Extreme Fasting: I think my brother's gone off the deep end


#1

My brother has been doing these extreme fasts. He has no food at all. I think he did this a long time ago, in his younger days, when he was involved with karate and reading things about transcendentalism and eastern mysticism. He has since come back to the Catholic church, his wife converted, and his daughter goes to Catholic school. However, he doesn’t always make it to church because of his working hours, and he is a child of the poor catechesis after V2. He began doing these fasts last Lent, and went 38 days. :eek:

He is reading a book by a zen spiritualist–The Book on the Taboo Against Knowing Who You Are, and a christian book called Gods Chosen Fast. He finds this kind of fasting very spiritual, but I am concerned about 1) his health and 2) his spiritual life.

Should I say anything? Does anyone know of some good Catholic books about fasting and/or ascetism? I should also mention that I recently joined a religious cloistered community, which greatly impressed him, and I think brought about a spiritual awakening in his own life.


#2

I am sure that not eating any food for 38 days is NOT healthy…That is not good for him…Did he drink protein shakes?or really no food at all?..but that is not good, he should talk to a priest…fasting is good but it needs to be done safely…


#3

If he is called to a life of relative asceticism (spelling?), then he must, absolutely MUST do so under the guidance of a spiritual advisor. And I’m sure that a spiritual advisor would not want him to stop eating altogether. Especially since his a husband and father, he would not be called by God to the same sort of ascetic lifestyle as the Desert Fathers, for example. However, his desire to do penance is commendable. It just needs to be guided by a priest.


#4

Maybe he has an eating disorder?

I always thought fasting was skipping a daily meal for a short amount of time. From what you describe it does seem very extreme.
I would ask him & make sure he is okay.


#5

I don’t think he has an eating disorder.

The thing is, I don’t think he would be willing to listen to a Catholic spiritual advisor. He is talking to his former karate instructor, and I think that man is who got him doing this in the first place. I think what he is doing is mixing this eastern mystic/ ascetic practice with Christianity–and I’m sure he sees nothing wrong with it. He loves Zen Buddism, but would never call himself a Buddhist. How do I convince him they shouldn’t be mixed? That speaking to a priest would be beneficial? He finds this practice very very VERY spiritually enriching.


#6

Eating disorder or no the FIRST person he needs to be speaking with is a dr. He could be destroying his bones, muscles, eyes…etc. We’re not disposed to give medical advice on this board but really, part of this is a purely medical question one which only he and his DR can figure out.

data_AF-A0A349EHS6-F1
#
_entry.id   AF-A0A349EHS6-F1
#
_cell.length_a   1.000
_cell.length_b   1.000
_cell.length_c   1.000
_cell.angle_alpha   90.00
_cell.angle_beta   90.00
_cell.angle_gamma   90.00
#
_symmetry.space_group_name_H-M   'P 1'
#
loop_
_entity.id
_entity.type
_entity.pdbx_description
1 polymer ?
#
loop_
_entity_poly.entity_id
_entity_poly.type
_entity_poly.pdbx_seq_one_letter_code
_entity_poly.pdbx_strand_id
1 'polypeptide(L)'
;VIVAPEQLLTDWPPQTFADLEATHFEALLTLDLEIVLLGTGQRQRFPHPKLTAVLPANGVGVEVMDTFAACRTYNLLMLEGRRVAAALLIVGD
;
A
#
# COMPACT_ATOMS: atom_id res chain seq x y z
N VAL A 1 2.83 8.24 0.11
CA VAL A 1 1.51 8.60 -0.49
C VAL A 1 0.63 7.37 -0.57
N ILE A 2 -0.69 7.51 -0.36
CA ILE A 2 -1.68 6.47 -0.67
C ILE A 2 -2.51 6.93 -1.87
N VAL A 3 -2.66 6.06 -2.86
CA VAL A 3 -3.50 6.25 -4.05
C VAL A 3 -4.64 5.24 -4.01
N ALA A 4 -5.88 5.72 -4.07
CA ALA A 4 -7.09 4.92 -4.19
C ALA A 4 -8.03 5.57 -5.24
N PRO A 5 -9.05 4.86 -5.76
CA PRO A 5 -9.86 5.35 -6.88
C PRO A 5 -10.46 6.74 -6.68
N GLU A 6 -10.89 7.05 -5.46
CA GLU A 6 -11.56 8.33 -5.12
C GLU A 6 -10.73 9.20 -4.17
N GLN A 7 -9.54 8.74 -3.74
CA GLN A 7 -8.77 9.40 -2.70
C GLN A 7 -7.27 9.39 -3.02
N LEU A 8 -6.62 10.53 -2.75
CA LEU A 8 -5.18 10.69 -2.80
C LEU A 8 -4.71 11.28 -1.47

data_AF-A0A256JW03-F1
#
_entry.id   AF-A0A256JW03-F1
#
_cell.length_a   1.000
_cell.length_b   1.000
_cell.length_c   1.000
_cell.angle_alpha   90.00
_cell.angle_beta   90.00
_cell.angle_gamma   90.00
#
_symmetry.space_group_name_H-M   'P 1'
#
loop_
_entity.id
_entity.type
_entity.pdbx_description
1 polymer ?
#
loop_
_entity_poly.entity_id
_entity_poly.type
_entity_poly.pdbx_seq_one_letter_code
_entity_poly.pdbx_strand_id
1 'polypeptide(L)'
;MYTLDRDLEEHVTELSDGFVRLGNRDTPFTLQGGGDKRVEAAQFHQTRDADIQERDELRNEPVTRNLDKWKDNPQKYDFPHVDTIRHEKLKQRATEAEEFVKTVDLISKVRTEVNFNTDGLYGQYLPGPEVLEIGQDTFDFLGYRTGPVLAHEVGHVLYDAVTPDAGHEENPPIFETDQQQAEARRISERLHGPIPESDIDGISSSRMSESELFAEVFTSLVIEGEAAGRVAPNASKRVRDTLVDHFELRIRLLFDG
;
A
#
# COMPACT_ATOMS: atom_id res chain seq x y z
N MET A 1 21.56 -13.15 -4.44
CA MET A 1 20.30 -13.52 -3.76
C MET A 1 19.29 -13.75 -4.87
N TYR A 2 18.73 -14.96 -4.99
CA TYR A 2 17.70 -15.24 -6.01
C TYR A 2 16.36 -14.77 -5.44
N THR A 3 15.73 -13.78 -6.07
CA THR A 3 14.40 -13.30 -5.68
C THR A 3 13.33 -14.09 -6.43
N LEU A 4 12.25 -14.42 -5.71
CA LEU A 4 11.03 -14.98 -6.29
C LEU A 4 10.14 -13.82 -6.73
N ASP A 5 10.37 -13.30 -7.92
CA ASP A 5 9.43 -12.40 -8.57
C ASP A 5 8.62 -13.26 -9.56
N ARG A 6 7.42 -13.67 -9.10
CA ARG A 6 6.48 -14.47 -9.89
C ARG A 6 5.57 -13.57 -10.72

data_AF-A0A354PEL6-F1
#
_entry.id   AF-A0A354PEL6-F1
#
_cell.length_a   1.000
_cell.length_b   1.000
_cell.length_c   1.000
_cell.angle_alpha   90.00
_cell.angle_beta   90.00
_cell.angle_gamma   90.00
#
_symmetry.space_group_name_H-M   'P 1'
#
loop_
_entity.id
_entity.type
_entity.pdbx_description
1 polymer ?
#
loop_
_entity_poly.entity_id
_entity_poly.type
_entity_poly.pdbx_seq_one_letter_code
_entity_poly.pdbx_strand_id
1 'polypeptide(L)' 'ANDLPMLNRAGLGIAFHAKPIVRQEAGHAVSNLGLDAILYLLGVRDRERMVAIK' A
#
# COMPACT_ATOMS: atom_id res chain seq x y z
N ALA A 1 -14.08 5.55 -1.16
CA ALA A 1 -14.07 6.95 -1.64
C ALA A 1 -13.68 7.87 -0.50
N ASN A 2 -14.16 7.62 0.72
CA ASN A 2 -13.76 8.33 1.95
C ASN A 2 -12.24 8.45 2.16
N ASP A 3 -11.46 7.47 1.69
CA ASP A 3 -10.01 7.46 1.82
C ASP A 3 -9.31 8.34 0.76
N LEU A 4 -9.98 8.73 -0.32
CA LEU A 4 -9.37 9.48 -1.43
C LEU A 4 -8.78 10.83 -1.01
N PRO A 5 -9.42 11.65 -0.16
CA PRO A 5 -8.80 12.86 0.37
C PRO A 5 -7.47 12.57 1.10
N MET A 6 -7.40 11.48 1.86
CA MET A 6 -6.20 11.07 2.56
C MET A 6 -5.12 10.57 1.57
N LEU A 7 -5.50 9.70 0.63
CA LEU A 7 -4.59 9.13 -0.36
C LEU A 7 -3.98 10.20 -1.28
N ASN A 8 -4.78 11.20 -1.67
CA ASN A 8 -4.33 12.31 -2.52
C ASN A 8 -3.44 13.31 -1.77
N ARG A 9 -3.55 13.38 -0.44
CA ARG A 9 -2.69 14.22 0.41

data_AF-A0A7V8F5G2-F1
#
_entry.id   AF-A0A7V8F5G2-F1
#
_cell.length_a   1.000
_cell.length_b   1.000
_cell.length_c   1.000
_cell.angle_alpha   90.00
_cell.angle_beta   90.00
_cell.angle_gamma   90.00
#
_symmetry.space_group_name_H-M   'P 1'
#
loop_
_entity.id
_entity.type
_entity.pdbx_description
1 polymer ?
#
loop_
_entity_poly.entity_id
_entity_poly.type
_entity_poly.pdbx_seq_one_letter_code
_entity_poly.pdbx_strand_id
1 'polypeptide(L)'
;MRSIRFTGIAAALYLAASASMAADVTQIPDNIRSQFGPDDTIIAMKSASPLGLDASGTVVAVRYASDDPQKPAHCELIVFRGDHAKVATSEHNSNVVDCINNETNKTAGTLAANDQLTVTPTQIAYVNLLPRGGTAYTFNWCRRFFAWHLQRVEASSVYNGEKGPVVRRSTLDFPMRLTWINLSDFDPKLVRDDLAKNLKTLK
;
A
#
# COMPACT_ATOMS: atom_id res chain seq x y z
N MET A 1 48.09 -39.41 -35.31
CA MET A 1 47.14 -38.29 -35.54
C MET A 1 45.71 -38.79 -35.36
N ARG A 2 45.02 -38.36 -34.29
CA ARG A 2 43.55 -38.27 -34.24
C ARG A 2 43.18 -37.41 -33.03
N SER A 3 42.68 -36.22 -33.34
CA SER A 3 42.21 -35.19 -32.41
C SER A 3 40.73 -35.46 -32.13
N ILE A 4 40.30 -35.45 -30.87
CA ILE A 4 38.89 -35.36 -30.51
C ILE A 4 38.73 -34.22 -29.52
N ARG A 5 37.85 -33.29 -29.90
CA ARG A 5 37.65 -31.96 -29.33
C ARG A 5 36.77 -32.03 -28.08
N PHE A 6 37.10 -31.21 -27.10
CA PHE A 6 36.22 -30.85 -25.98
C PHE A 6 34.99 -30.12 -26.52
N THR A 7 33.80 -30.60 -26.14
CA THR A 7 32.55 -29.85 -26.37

As far as spiritual life…is he doing this because it makes him feel good? powerful? Right now with his cafteteria style God he’s really choosing to be God…which is VERY bad spirtually.


#7

How is his health? How thin is he? How strong is he?

Maybe the best approach would be to stress his health situation. There are many documented cases of involuntary fasts (like hunger strikes by political prisons, famines, conditions in concentration camps) so you could find a lot of evidence about how 38 days of not taking food at all is bad for the health. But does he do this frequently or was it a one time thing?

You might stress that it’s important that he is alive and strong because his daughter and his wife need him.


#8

If this Zen and Eastern martial arts stuff he likes includes the tenet of being able to lead whatever spiritual life one wants to at any time regardless of family relationships and responsibilities, he may just be absorbing that idea and trying to follow a Desert Fathers-like path despite being a husband and father. He should talk to a good priest, and get the scoop on what he can do, given that he has a family.


#9

You need to say something. I honestly didn’t think the human body could do 38 days of fasting.

I think he needs a shrink.


#10

Fasting is never beneficial if it does not go along with prayer and participation in the sacraments. Without it it is only a kind of hubris.

Many eastern religions do have extreme fasting, due to their view of the body, which is quite different than Christianity. But Buddhism doesn’t tend to be one of them - the Bhudda rejected such practices as not useful. So I would be surprised if your brother was reading his Zen books all that accurately either.

I’m not sure there is much you can do, except to point out your concerns, and that all traditions say such practices should be carried out in addition to other spiritual disaplines and under the supervision of an experienced teacher.


#11